For a month Sam lingered in Caxton. It seemed to him there was somethingthat wanted doing there. He sat with the men at the back of Wildman's, andwalked aimlessly through the streets and out of the town along the countryroads, where men worked all day in the fields behind sweating horses,ploughing the land. The thrill of spring was in the air, and in theevening a song sparrow sang in the apple tree below his bedroom window.Sam walked and loitered in silence, looking at the ground. In his mind wasthe dread of people. The talk of the men in the store wearied him and whenhe went alone into the country he found himself accompanied by the voicesof all of those he had come out of town to escape. On the street cornerthe thin-lipped, brown-bearded minister stopped him and talked of thefuture life as he had stopped and talked to a bare-legged newsboy.

"Your mother," he said, "has but gone before. It is for you to get intothe narrow path and follow her. God has sent this sorrow as a warning toyou. He wants you also to get into the way of life and in the end to joinher. Begin coming to our church. Join in the work of the Christ. Findtruth."

Sam, who had listened without hearing, shook his head and went on. Theminister's talk seemed no more than a meaningless jumble of words out ofwhich he got but one thought.

"Find truth," he repeated to himself after the minister, and let his mindplay with the idea. "The best men are all trying to do that. They spendtheir lives at the task. They are all trying to find truth."

He went along the street, pleased with himself because of theinterpretation he had put upon the minister's words. The terrible momentsin the kitchen followed by his mother's death had put a new look ofseriousness into his face and he felt within him a new sense ofresponsibility to the dead woman and to himself. Men stopped him on thestreet and wished him well in the city. News of his leaving had becomepublic. Things in which Freedom Smith was concerned were always publicaffairs.

"He would take a drum with him to make love to a neighbour's wife," saidJohn Telfer.

Sam felt that in a way he was a child of Caxton. Early it had taken him toits bosom; it had made of him a semi-public character; it had encouragedhim in his money-making, humiliated him through his father, and patronisedhim lovingly because of his toiling mother. When he was a boy, scurryingbetween the legs of the drunkards in Piety Hollow of a Saturday night,there was always some one to speak a word to him of his morals and toshout at him a cheering word of advice. Had he elected to remain there,with the thirty-five hundred dollars already in the Savings Bank--built tothat during his years with Freedom Smith--he might soon become one of thetown's solid men.

He did not want to stay. He felt that his call was in another place andthat he would go there gladly. He wondered why he did not get on the trainand be off.

One night when he had been late on the road, loitering by fences, hearingthe lonely barking of dogs at distant farmhouses, getting the smell of thenew-ploughed ground into his nostrils, he came into town and sat down on alow iron fence that ran along by the platform of the railroad station, towait for the midnight train north. Trains had taken on a new meaning tohim since any day might see him on such a train bound into his new life.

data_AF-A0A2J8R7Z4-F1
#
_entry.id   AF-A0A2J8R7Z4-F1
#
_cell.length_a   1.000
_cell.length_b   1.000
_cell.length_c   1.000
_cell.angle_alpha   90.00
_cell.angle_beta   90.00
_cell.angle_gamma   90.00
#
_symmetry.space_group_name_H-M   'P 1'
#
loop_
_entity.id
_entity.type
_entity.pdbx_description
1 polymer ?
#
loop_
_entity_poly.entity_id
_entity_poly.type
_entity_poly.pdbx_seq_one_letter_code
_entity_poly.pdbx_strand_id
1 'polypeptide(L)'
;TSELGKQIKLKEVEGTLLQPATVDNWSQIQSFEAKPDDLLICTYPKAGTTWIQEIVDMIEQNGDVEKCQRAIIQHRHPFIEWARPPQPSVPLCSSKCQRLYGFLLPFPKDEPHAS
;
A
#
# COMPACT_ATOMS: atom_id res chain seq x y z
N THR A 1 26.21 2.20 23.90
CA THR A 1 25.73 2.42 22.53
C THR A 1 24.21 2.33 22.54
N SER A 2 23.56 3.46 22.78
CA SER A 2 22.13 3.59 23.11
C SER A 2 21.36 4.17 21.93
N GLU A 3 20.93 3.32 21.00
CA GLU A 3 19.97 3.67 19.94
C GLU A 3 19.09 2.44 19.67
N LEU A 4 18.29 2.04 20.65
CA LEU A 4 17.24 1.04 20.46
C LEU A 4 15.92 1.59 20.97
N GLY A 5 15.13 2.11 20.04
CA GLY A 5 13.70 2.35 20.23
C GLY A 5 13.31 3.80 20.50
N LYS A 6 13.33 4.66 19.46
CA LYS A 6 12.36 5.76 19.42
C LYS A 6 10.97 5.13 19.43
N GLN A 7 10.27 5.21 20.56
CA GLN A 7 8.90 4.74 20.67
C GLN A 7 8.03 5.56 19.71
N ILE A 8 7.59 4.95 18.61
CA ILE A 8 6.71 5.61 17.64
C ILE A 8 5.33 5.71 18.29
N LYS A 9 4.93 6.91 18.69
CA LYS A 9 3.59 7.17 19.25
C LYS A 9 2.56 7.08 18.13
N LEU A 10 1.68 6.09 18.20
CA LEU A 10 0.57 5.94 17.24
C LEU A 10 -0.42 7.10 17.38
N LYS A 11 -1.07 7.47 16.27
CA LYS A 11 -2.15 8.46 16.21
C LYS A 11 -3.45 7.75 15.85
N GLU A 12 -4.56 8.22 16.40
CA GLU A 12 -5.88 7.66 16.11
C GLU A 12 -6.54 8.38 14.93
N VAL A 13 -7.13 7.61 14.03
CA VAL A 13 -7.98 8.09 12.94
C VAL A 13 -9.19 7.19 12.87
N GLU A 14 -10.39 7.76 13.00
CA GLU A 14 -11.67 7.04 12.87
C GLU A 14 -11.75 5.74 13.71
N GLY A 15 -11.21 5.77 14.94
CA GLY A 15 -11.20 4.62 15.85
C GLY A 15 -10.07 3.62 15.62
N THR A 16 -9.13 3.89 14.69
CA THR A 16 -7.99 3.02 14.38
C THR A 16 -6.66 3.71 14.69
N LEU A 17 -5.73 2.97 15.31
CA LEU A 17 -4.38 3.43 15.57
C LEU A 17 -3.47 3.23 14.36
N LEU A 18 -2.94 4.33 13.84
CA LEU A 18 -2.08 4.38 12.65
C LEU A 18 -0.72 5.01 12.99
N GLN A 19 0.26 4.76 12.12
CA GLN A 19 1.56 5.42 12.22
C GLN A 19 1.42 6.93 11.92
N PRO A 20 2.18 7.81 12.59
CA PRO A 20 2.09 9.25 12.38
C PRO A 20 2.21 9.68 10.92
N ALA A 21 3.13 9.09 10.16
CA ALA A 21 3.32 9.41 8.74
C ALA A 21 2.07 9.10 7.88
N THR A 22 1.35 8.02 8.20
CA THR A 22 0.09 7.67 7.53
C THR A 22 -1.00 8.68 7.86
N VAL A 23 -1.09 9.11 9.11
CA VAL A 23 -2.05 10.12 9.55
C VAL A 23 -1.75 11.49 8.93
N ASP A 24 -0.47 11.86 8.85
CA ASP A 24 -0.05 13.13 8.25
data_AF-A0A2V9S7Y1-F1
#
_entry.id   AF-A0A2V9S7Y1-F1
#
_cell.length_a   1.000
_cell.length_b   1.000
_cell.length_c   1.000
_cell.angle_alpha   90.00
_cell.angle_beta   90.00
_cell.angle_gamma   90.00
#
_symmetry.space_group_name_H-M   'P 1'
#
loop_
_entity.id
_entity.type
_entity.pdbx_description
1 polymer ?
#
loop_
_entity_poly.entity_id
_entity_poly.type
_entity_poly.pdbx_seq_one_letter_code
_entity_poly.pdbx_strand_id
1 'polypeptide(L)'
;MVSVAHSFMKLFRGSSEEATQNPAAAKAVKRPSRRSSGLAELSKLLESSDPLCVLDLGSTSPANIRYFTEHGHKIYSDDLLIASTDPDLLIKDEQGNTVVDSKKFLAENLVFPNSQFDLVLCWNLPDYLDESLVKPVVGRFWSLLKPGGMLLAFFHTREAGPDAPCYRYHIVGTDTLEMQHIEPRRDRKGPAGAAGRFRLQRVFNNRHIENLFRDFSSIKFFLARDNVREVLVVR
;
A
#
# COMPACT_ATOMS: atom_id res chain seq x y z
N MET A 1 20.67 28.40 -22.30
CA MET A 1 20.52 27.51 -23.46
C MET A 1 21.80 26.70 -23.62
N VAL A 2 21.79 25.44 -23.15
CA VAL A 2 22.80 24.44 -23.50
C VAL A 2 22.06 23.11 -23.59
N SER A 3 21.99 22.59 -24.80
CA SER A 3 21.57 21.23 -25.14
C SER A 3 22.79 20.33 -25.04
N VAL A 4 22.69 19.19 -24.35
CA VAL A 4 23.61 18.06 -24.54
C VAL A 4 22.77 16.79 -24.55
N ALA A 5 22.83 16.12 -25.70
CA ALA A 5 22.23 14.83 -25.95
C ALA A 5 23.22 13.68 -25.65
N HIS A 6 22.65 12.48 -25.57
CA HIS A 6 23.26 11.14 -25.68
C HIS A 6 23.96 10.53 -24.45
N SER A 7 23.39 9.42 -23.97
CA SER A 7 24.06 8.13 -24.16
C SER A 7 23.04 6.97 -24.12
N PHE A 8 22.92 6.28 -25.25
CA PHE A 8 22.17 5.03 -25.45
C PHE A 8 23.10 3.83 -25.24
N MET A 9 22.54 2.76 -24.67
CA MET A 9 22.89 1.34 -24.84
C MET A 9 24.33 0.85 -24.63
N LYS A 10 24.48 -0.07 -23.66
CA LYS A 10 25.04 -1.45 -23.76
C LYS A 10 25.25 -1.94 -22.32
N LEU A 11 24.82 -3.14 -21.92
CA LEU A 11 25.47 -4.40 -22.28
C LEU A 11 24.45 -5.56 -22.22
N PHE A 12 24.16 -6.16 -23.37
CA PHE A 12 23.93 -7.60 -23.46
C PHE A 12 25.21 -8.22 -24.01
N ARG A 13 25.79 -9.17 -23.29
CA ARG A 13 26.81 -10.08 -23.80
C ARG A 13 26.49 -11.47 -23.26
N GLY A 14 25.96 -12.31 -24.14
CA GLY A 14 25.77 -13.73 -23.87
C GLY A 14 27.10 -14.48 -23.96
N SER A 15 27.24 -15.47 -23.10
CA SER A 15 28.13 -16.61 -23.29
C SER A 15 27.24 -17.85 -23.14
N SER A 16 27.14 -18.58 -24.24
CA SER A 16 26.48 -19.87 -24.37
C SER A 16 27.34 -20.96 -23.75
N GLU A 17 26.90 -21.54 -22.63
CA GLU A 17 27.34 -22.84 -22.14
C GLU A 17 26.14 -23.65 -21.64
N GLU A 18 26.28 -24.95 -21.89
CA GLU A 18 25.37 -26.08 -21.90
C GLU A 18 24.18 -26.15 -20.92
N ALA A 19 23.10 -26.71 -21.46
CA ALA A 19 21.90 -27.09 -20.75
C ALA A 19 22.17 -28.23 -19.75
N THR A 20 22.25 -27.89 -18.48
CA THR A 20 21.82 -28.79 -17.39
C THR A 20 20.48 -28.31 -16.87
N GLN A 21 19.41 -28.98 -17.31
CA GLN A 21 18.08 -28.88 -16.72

A man, with two bags in his hands, came on the station platform followedby two women.

"Here, watch these," he said to the women, setting the bags upon theplatform; "I will go for the tickets," and disappeared into the darkness.

The two women resumed their interrupted talk.

"Ed's wife has been poorly these ten years," said one of them. "It will bebetter for her and for Ed now that she is dead, but I dread the long ride.I wish she had died when I was in Ohio two years ago. I am sure to betrain-sick."

Sam, sitting in the darkness, was thinking of a part of one of JohnTelfer's old talks with him.

"They are good people but they are not your people. You will go away fromhere. You will be a big man of dollars, it is plain."

He began listening idly to the two women. The man had a shop for mendingshoes on a side street back of Geiger's drug store and the two women, oneshort and round, one long and thin, kept a small, dingy millinery shop andwere Eleanor Telfer's only competitors.

"Well, the town knows her now for what she is," said the tall woman."Milly Peters says she won't rest until she has put that stuck-up MaryUnderwood in her place. Her mother worked in the McPherson house and itwas her told Milly. I never heard such a story. To think of Jane McPhersonworking all these years and then having such goings-on in her house whenshe lay dying, Milly says that Sam went away early in the evening and camehome late with that Underwood thing, half dressed, hanging on his arm.Milly's mother looked out of the window and saw them. Then she ran out bythe kitchen stove and pretended to be asleep. She wanted to see what wasup. And the bold hussy came right into the house with Sam. Then she wentaway, and after a while back she came with that John Telfer. Milly isgoing to see that Eleanor Telfer finds it out. I guess it will bring herdown, too. And there is no telling how many other men in this town MaryUnderwood is running with. Milly says----"